In 1870, several Cincinnati institutions were combined under the name the University of Cincinnati; six years later, in the 1876-1877 academic year, the first coursework in psychology was offered by Wayland Richardson Benedict, Professor of Philosophy & History. Professor Benedict received his bachelor's and master's degrees from the University of Rochester, and attended Rochester Theological Seminary before coming to Cincinnati as the pastor of the Mount Auburn Baptist Church in 1873. In 1875, he accepted a position as one of the three faculty members of the Academic Department at the University. Benedict had a perspective on philosophy that is somewhat surprising for someone trained as a clergyman. Benedict's lectures on intellectual philosophy focused on the physiological conditions of mental activity, and psychology as the science of mind. Assigned readings included the work of Alexander Bain and Herbert Spencer, both important contributors to the 19th Century fusion of British associationism and evolutionary thinking. Twenty years later, Benedict was still lecturing on the relationship between "nerve-matters" and consciousness, but had shifted with the times and was using texts by Titchener and Kulpe that reflected the early German influence on psychology. Benedict, who was liked and respected by a large following of students, retired in 1907 after 32 years of service to the University.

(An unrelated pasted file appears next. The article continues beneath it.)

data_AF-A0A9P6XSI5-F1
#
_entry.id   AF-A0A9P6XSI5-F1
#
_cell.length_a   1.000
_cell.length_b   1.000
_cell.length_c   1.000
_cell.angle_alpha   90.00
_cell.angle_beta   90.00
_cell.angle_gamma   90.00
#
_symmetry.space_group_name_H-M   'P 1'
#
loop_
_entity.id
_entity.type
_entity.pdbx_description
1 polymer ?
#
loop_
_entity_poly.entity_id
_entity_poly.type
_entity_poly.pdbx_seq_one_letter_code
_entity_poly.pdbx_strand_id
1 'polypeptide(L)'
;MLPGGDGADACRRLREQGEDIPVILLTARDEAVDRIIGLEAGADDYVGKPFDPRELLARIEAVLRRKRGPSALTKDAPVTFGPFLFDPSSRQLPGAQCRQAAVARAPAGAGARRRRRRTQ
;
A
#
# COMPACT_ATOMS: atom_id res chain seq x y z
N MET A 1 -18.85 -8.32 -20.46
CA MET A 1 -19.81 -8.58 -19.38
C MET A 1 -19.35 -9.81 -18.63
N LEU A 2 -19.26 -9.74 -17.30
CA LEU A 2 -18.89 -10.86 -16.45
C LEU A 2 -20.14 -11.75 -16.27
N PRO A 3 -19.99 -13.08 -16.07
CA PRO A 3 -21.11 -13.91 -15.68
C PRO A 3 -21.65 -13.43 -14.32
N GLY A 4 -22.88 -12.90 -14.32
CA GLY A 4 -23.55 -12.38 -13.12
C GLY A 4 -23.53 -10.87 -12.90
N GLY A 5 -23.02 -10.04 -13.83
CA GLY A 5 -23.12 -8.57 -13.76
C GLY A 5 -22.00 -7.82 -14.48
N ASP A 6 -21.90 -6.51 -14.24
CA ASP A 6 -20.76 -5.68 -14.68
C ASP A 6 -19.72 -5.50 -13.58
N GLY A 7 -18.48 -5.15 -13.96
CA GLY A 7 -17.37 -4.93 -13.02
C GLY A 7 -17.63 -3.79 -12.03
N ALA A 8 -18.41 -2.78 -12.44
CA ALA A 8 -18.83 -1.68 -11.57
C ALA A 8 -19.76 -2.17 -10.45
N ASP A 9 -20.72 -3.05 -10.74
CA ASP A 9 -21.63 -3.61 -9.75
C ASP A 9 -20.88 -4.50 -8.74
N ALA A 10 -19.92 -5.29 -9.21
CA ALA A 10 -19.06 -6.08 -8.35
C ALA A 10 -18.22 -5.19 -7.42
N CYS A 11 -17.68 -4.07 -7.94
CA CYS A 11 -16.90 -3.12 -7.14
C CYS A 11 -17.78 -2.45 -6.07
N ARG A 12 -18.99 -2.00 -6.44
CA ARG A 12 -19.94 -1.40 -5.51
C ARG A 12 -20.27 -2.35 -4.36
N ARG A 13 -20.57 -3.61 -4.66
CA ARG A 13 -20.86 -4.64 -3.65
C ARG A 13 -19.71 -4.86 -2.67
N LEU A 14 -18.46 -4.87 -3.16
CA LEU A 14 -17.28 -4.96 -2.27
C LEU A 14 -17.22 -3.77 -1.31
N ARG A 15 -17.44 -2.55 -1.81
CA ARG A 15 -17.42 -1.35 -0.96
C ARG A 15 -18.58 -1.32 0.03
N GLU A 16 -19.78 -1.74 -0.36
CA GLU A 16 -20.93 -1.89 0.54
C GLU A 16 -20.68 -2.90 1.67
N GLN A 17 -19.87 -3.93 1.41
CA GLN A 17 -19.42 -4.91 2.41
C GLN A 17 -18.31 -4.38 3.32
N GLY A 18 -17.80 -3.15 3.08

By the last decade of the 19th Century, a number of Psychology Departments had been established both in the United States and Germany. Thirty-two psychology laboratories had been founded at colleges and universities in the U.S. by 1900. Psychology was still being taught as part of the philosophy curriculum by Professor Benedict at the University of Cincinnati for the 1900-1901 academic year. However, in the Spring of 1901, it was decided that an independent Department of Experimental Psychology and Pedagogy should be established. The minutes from the Sept. 30, 1901 meeting of the University Board of Trustees notes that $600 was to be set aside for books and $1,000 for equipment for the department. At this same meeting of the Board, Charles H. Judd, PhD was appointed Professor of Psychology and Pedagogy at an annual salary of $2,000. Judd first become interested in psychology under the tutelage of A. C. Armstrong at Wesleyan College in Middletown, Connecticut. At Wesleyan, Judd was introduced to the emerging experimental psychology, and through his connection to Armstrong, he met all the influential American psychologists of the day at the 1893 meeting of the American Psychological Association (APA). Interestingly, E. L. Thorndike was a student of Armstrong's at the same time Judd was at Wesleyan, and the two students took a seminar on the psychology of William James in the same year. Following his graduation in 1894, Judd went off to Leipzig, Germany to pursue his doctoral degree with Wilhelm Wundt, who had established the first psychology laboratory in 1879. He finished his work in two years, and returned to Wesleyan in 1896 as an instructor of philosophy. After founding a psychology laboratory at New York University in 1900, Judd accepted the position at Cincinnati, where he taught courses in both psychology and education, and established a psychology laboratory in three rooms on the second floor of "old" McMicken Hall. Judd's course in psychology was entitled Physiological and Experimental Psychology, and "treated the methods and results of scientific psychology" as they related to "conscious experiences and their conditions."